When I opened my first restaurant, I realized that the food needed to be impeccable. Instead of worrying about food costs, I zeroed in on the best vendors and gave them my business. The rewards were incredible. Customers absolutely loved the food, and they just kept coming back. Five years later, my business is running strong, and I owe it all to those initial business relationships with vendors. Check out this blog to learn why food vendors are so important, and how to choose between multiple businesses. You never know, it could transform your restaurant for the better--so that you can protect your investment.
If you're looking for a way to have a chicken dinner without springing for an entire chicken, you have some options. There are cut-up chicken parts, of course, but those don't look nearly as good as having a whole chicken sitting on the table, roasted with crispy skin. If you want that look but not several days' worth of leftovers, poussin and Cornish hens are your best bets. Despite their similar sizes, though, they do have some differences.
The biggest difference between the two small chickens is that the Cornish hen, or Cornish Rock hen, Rock Cornish hen, Cornish game hen, or any variation of that name, is a hybrid of two specific breeds. Both the Cornish hen and the poussin are chickens -- same species -- but the Cornish hen is a hybrid of the white rock (or white Plymouth rock) and Cornish chickens. The poussin (also called a Spring chicken or squab broiler) does not have a specific breed. Both types of chicken are fairly young, hence the smaller sizes.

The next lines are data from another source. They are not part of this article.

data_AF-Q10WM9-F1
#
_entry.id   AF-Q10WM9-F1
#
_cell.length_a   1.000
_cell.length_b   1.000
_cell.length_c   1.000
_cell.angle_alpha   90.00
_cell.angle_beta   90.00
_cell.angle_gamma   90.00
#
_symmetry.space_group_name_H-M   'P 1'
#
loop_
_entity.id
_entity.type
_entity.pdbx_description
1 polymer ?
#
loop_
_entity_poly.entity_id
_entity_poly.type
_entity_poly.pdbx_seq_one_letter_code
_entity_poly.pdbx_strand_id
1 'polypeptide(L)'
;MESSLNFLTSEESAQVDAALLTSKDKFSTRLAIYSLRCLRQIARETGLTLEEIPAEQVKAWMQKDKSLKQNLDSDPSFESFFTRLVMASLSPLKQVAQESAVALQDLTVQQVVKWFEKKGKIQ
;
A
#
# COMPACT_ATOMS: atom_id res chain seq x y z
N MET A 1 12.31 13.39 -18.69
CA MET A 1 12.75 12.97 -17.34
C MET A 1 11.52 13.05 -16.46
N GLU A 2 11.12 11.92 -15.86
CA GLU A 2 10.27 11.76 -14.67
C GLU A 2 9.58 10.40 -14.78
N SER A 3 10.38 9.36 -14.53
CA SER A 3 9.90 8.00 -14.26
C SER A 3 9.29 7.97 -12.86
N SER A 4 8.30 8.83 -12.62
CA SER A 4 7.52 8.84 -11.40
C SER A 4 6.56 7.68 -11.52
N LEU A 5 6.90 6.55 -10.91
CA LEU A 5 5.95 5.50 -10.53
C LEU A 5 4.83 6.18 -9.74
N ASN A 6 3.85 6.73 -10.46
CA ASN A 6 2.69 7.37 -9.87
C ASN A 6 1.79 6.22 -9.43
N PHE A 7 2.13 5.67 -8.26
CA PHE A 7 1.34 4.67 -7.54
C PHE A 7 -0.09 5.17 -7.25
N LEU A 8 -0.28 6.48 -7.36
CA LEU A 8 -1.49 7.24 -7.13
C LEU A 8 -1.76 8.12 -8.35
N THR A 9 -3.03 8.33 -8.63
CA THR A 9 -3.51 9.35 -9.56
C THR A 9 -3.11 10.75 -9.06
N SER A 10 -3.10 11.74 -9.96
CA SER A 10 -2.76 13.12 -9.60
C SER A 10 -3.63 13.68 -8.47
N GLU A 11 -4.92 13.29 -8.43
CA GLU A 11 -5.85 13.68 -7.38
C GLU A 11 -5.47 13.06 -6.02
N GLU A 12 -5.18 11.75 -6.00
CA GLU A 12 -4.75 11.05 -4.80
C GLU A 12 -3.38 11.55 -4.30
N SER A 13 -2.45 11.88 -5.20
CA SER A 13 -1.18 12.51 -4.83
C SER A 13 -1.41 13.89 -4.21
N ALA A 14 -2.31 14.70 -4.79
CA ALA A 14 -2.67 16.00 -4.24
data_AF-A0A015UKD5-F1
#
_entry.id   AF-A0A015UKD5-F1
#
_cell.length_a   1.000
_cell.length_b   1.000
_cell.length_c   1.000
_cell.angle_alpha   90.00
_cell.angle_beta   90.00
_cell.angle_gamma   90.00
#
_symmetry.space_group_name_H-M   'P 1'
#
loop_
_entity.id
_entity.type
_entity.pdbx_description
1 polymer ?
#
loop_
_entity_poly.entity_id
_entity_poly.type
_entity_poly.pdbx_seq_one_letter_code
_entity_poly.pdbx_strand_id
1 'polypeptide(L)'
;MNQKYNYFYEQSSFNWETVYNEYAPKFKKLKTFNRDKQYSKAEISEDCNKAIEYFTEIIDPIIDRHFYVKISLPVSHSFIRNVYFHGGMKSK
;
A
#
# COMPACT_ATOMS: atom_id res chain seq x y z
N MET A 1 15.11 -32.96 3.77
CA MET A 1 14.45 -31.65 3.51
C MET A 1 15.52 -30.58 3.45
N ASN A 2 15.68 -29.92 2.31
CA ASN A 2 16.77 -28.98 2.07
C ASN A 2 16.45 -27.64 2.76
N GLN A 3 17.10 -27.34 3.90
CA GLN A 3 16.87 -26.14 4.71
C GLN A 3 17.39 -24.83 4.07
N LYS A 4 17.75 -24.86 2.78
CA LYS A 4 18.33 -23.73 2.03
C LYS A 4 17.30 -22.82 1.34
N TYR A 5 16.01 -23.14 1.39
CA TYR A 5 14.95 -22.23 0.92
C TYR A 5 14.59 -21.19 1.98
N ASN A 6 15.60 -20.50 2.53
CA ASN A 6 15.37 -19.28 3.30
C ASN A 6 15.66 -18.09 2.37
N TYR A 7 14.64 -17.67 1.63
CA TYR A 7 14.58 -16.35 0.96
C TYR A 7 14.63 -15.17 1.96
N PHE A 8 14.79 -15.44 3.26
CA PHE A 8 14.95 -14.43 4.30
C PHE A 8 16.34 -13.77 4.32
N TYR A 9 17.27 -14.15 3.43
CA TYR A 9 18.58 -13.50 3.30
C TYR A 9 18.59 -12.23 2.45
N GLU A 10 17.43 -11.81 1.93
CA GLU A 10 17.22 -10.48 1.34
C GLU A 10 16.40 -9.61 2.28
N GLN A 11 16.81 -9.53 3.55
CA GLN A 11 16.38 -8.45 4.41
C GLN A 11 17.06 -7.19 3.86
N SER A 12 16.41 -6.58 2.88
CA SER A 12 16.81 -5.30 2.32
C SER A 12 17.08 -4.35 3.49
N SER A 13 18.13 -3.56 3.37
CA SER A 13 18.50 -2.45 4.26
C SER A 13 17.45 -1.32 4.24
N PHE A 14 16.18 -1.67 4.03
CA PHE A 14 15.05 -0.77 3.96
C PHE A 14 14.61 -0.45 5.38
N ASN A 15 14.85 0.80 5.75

Weight is another difference, and this has been changing over the years and becoming more of a contrast. Both the Cornish hen and poussin used to hover around the 1-pound mark, with poussins at 1 pound and Cornish hens at about 1.25 pounds. In the Joy of Cooking, authors Irma S. Rombauer and Marion Rombauer Becker note that Cornish hens are now closer to the 1.75-pound mark. It's not uncommon now to find poussins as the preferred chicken for single-serving recipes and Cornish hens for two-serving recipes. Chickens that weigh more than 2 pounds, regardless of breed, move into the realm of general roasters, broilers, and a host of other terms.
It might not seem that way when you see both of the chicken types bundled up at the supermarket, but there are some visual differences in addition to weight. Poussins are known for having little fat on them and will appear somewhat lean. Cornish hens are quite plump considering their weight. The Cornish hens, if you get a look at their meat, have proportionally more white meat than dark.
Both types of chicken can be used in similar recipes in terms of taste. However, if you truly want a small poussin for a one-person meal, contact specialty butchers near you who can order the birds. As Cornish hens grow larger, poussins may become more common as people seek out single-serving birds. This means finding poussins should become easier as time goes on.
For more information, contact Joyce Farms or a similar location.Share